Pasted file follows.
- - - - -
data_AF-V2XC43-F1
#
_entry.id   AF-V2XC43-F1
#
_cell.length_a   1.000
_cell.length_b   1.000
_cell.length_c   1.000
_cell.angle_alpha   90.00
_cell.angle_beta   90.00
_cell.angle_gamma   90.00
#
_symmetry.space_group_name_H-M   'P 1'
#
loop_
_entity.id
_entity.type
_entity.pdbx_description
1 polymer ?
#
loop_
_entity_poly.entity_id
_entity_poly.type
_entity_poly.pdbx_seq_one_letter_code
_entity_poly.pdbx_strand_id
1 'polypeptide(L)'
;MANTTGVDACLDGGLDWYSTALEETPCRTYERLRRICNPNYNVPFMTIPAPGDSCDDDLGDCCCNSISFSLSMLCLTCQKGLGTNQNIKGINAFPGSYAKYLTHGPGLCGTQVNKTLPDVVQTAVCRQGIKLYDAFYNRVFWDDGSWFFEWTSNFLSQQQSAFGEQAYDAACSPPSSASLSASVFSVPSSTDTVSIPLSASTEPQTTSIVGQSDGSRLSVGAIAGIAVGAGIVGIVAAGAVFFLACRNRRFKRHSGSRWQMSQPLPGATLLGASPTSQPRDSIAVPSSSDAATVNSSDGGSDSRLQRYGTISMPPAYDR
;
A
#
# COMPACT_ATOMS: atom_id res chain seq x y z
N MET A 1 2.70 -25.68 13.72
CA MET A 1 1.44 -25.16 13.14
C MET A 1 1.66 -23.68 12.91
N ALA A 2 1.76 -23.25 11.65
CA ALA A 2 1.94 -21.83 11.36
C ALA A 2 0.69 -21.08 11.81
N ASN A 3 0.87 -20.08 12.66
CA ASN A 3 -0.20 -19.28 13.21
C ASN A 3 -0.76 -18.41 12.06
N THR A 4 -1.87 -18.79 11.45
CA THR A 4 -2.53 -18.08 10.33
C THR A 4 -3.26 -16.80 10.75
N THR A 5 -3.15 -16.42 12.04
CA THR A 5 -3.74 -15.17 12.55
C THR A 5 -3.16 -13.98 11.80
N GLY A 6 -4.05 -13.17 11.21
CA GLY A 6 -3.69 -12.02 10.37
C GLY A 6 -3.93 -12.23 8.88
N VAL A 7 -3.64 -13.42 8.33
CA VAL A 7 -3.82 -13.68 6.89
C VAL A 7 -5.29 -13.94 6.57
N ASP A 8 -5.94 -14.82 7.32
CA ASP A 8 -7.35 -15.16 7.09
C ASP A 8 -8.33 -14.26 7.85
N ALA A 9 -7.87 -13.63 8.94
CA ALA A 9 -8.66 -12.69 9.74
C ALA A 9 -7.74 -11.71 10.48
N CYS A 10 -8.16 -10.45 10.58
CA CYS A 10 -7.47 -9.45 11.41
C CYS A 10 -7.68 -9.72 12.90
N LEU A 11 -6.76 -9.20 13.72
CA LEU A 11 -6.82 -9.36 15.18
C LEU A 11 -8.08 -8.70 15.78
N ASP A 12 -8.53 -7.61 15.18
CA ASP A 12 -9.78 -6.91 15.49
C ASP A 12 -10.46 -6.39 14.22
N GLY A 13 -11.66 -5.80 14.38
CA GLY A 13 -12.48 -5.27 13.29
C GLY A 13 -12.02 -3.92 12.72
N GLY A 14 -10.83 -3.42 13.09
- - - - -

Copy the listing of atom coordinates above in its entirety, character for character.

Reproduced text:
data_AF-V2XC43-F1
#
_entry.id   AF-V2XC43-F1
#
_cell.length_a   1.000
_cell.length_b   1.000
_cell.length_c   1.000
_cell.angle_alpha   90.00
_cell.angle_beta   90.00
_cell.angle_gamma   90.00
#
_symmetry.space_group_name_H-M   'P 1'
#
loop_
_entity.id
_entity.type
_entity.pdbx_description
1 polymer ?
#
loop_
_entity_poly.entity_id
_entity_poly.type
_entity_poly.pdbx_seq_one_letter_code
_entity_poly.pdbx_strand_id
1 'polypeptide(L)'
;MANTTGVDACLDGGLDWYSTALEETPCRTYERLRRICNPNYNVPFMTIPAPGDSCDDDLGDCCCNSISFSLSMLCLTCQKGLGTNQNIKGINAFPGSYAKYLTHGPGLCGTQVNKTLPDVVQTAVCRQGIKLYDAFYNRVFWDDGSWFFEWTSNFLSQQQSAFGEQAYDAACSPPSSASLSASVFSVPSSTDTVSIPLSASTEPQTTSIVGQSDGSRLSVGAIAGIAVGAGIVGIVAAGAVFFLACRNRRFKRHSGSRWQMSQPLPGATLLGASPTSQPRDSIAVPSSSDAATVNSSDGGSDSRLQRYGTISMPPAYDR
;
A
#
# COMPACT_ATOMS: atom_id res chain seq x y z
N MET A 1 2.70 -25.68 13.72
CA MET A 1 1.44 -25.16 13.14
C MET A 1 1.66 -23.68 12.91
N ALA A 2 1.76 -23.25 11.65
CA ALA A 2 1.94 -21.83 11.36
C ALA A 2 0.69 -21.08 11.81
N ASN A 3 0.87 -20.08 12.66
CA ASN A 3 -0.20 -19.28 13.21
C ASN A 3 -0.76 -18.41 12.06
N THR A 4 -1.87 -18.79 11.45
CA THR A 4 -2.53 -18.08 10.33
C THR A 4 -3.26 -16.80 10.75
N THR A 5 -3.15 -16.42 12.04
CA THR A 5 -3.74 -15.17 12.55
C THR A 5 -3.16 -13.98 11.80
N GLY A 6 -4.05 -13.17 11.21
CA GLY A 6 -3.69 -12.02 10.37
C GLY A 6 -3.93 -12.23 8.88
N VAL A 7 -3.64 -13.42 8.33
CA VAL A 7 -3.82 -13.68 6.89
C VAL A 7 -5.29 -13.94 6.57
N ASP A 8 -5.94 -14.82 7.32
CA ASP A 8 -7.35 -15.16 7.09
C ASP A 8 -8.33 -14.26 7.85
N ALA A 9 -7.87 -13.63 8.94
CA ALA A 9 -8.66 -12.69 9.74
C ALA A 9 -7.74 -11.71 10.48
N CYS A 10 -8.16 -10.45 10.58
CA CYS A 10 -7.47 -9.45 11.41
C CYS A 10 -7.68 -9.72 12.90
N LEU A 11 -6.76 -9.20 13.72
CA LEU A 11 -6.82 -9.36 15.18
C LEU A 11 -8.08 -8.70 15.78
N ASP A 12 -8.53 -7.61 15.18
CA ASP A 12 -9.78 -6.91 15.49
C ASP A 12 -10.46 -6.39 14.22
N GLY A 13 -11.66 -5.80 14.38
CA GLY A 13 -12.48 -5.27 13.29
C GLY A 13 -12.02 -3.92 12.72
N GLY A 14 -10.83 -3.42 13.09